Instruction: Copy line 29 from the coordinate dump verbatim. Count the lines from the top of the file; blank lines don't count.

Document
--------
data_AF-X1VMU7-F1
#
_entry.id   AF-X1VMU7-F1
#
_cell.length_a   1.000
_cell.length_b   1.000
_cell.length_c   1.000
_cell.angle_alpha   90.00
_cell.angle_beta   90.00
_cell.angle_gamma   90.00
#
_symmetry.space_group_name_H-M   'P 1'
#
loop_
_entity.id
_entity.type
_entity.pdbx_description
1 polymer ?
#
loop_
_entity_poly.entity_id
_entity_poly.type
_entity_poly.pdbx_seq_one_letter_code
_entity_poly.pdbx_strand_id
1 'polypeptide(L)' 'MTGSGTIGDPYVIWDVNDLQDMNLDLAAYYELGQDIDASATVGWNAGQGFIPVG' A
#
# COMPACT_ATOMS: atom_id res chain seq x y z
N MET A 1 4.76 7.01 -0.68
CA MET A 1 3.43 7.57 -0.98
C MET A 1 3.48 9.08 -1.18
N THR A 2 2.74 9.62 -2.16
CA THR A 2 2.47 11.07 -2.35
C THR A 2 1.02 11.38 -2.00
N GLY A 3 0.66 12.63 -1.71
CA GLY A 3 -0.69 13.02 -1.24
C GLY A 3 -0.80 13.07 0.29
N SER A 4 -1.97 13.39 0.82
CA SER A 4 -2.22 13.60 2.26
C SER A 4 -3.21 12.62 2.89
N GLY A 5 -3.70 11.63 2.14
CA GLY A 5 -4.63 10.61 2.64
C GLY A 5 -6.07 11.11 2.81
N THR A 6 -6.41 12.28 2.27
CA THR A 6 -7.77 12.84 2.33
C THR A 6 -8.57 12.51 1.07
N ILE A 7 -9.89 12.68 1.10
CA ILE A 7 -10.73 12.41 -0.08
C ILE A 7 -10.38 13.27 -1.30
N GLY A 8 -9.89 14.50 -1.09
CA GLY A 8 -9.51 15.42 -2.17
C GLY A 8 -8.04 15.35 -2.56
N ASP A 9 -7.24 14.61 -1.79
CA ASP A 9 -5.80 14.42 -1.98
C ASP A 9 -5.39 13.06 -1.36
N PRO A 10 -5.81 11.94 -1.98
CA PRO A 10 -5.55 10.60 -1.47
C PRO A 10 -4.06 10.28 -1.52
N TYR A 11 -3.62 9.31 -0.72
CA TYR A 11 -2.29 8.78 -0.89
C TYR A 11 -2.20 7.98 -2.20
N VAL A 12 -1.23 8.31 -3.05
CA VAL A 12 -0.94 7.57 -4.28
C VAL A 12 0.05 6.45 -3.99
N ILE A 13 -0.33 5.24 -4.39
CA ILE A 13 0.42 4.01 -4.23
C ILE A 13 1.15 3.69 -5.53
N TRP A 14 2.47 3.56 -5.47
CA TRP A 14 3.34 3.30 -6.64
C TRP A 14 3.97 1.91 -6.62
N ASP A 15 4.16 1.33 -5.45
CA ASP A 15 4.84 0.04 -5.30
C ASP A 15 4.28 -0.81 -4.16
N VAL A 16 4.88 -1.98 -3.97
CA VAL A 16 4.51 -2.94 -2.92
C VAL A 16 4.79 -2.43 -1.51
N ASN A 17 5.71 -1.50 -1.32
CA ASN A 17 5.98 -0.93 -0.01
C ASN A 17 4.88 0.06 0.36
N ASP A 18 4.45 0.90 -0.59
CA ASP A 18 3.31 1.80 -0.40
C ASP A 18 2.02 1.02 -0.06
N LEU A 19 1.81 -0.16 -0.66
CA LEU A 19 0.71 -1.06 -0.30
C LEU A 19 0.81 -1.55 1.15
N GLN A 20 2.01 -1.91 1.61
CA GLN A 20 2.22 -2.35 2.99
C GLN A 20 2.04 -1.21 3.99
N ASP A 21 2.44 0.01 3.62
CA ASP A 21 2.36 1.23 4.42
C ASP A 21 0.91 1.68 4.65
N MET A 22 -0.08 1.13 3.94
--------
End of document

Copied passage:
CA MET A 1 3.43 7.57 -0.98